Former Federal Reserve Governor Larry Lindsey told CNBC on Monday that the Fed should not cut interest rates again, despite China using its currency as a trade weapon.

“There’s no question that the effect of a tariff is going to cause the other country’s currency to depreciate and that’s what has been going on here and in doing so, you end up not really shrinking the trade deficit much at all,” said Lindsey, now president and CEO of the Lindsey Group, on “The Exchange. ” “It’s all absorbed in the currency rather than in actual trade. “

“I think the Fed should be data dependent and right now I don’t think we have the kind of data coming in that justifies the [rate] cut,” Lindsey said.

He added, “we have very low unemployment. We have an economy, in the first half averaged about 2.6%. It looks like it’s going to be around that range in the second half as well. Those are not the conditions under which the central bank would normally cut.”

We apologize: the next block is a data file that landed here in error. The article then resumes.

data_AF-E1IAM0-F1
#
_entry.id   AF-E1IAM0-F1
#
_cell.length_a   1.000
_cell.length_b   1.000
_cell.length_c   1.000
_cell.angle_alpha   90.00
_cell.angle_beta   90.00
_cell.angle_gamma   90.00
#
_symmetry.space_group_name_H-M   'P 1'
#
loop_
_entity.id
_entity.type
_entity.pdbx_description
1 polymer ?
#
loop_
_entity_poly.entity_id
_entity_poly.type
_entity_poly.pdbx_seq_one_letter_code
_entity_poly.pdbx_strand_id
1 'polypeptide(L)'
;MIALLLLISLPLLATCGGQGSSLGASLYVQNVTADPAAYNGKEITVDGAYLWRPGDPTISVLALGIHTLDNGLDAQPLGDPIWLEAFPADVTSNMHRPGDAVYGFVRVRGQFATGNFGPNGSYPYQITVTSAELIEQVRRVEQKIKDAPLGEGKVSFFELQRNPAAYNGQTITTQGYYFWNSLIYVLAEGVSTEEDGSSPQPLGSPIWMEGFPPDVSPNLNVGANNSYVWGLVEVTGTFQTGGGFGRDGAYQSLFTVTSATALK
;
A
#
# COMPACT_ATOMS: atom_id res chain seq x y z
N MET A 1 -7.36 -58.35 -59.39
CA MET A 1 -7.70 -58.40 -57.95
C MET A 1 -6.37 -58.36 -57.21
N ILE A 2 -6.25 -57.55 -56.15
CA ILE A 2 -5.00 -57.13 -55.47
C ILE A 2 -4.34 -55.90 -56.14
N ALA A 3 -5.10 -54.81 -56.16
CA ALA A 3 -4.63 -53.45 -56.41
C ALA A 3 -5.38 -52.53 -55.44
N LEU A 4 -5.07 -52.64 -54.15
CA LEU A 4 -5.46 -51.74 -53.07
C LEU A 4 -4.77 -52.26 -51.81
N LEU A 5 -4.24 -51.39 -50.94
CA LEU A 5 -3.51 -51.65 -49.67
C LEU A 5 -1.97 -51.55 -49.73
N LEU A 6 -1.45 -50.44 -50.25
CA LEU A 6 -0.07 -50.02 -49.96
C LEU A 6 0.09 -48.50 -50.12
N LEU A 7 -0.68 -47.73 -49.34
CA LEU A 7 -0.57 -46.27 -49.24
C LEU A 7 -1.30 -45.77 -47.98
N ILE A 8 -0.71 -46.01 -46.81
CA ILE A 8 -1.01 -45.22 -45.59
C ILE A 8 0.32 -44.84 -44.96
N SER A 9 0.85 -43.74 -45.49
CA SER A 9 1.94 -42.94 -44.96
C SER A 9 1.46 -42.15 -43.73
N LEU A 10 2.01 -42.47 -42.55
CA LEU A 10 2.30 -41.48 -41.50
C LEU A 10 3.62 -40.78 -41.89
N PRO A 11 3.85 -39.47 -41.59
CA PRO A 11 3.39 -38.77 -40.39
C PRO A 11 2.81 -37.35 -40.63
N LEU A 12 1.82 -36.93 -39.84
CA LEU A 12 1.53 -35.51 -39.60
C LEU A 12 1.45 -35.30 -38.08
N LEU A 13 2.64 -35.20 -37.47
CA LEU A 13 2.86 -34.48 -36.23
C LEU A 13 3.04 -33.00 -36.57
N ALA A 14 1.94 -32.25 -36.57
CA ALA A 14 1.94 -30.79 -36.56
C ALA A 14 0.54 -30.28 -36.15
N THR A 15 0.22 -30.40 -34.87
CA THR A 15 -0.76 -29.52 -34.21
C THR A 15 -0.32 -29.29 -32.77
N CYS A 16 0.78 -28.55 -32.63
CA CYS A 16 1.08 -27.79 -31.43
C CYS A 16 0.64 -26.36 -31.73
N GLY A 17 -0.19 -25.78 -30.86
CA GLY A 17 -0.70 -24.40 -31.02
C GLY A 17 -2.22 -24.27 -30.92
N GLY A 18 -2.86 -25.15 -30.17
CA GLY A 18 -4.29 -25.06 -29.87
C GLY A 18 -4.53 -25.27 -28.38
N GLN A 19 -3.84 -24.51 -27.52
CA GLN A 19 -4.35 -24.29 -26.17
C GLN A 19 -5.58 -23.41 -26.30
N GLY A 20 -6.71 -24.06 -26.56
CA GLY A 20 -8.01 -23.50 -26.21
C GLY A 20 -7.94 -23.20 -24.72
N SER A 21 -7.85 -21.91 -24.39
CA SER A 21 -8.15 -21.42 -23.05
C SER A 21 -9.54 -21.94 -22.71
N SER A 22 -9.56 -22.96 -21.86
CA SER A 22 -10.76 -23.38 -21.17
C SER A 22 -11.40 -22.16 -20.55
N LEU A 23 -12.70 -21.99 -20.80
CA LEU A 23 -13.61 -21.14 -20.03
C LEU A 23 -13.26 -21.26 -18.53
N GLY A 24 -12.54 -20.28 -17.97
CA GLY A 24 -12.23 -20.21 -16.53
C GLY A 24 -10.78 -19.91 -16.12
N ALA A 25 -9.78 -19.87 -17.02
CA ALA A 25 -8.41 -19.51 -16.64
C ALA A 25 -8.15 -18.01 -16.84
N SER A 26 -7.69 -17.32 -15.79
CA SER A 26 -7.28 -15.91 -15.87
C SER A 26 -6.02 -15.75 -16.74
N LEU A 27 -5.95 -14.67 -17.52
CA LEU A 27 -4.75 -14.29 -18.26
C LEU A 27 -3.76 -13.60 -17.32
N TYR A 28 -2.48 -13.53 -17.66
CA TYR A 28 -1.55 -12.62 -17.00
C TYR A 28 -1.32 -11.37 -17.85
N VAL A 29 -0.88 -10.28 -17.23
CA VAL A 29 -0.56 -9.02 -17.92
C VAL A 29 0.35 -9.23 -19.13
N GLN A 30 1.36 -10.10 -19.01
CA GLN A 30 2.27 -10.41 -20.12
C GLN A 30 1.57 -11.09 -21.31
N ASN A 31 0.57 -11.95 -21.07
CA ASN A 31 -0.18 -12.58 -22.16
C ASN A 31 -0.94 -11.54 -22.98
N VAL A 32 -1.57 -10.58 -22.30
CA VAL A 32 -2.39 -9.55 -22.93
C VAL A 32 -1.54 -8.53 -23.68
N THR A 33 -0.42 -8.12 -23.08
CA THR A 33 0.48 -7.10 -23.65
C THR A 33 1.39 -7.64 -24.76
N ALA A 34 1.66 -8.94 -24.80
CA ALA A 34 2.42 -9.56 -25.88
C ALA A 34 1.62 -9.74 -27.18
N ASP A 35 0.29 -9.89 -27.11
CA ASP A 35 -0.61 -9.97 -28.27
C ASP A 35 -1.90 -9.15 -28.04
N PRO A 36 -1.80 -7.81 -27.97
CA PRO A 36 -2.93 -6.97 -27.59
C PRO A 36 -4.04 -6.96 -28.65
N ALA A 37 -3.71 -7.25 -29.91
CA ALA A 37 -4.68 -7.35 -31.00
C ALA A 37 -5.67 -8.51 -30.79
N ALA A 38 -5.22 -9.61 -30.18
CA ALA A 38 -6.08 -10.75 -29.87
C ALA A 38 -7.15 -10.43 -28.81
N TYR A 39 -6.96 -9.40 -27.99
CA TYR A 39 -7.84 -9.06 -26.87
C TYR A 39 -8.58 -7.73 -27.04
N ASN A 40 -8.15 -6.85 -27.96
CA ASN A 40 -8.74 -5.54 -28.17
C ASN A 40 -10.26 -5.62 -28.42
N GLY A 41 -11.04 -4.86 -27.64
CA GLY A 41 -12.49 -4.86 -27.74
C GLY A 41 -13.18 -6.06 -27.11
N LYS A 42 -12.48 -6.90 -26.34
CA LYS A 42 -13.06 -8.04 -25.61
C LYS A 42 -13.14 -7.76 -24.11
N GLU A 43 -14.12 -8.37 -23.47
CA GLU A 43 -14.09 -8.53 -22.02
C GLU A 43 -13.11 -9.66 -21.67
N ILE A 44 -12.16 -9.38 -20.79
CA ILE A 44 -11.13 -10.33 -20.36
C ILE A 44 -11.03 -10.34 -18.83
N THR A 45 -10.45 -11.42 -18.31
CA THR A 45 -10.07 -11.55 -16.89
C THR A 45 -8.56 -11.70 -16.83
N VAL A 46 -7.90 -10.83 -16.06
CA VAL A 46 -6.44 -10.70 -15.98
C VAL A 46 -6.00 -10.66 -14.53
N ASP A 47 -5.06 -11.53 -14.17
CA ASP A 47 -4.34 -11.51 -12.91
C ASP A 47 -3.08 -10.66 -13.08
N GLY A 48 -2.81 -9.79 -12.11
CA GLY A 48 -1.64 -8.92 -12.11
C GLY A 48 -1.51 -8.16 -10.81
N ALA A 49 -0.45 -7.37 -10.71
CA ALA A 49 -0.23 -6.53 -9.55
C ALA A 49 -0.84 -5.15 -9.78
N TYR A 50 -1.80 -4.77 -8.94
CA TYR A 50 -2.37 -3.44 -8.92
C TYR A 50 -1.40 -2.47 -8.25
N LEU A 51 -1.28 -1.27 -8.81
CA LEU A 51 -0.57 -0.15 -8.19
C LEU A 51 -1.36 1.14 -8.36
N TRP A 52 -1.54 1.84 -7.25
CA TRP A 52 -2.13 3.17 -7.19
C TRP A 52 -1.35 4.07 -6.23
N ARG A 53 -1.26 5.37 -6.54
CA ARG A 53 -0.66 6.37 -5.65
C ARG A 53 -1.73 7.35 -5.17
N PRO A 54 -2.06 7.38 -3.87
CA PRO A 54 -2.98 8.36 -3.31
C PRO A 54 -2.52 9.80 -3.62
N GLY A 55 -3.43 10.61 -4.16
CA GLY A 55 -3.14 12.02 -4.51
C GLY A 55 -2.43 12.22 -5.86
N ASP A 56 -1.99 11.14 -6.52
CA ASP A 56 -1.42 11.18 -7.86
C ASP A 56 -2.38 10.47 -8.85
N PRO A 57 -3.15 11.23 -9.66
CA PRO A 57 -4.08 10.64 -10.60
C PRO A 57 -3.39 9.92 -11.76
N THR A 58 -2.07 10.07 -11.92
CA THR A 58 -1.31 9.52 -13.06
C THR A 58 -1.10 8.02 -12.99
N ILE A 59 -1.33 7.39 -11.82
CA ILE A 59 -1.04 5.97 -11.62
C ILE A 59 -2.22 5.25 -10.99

Lindsey’s comments go against the market’s expectation that there is a high chance of a rate reduction or multiple reductions coming this year. According to the CME FedWatch Tool, there’s a 100% probability that there will be another Fed cut in September.

In response to the Fed lowering its benchmark rate by a quarter point last week, Lindsey said the central bank decided on the cut because it was worried about the market crashing.

“Their justification was a hypothesis that the trade situation was going to come back and bite us. Well, their hypothesis in December was that a tight labor market was going to cause inflation. They were wrong then, they may be wrong now.”

Lindsey addressed the Fed’s decision to raise interest rates in December. “I think the Fed knows that they made a mistake back in December and this effectively reversed that mistake,” he said.

“I would rather wait for the data if I were the Fed.”

U.S. stocks were trading sharply lower Monday as the trade war between the U.S. and China intensified. China earlier Monday allowed its currency to slide to its lowest level in more than a decade, a move that makes Chinese exports cheaper and U.S. imports to China more expensive.



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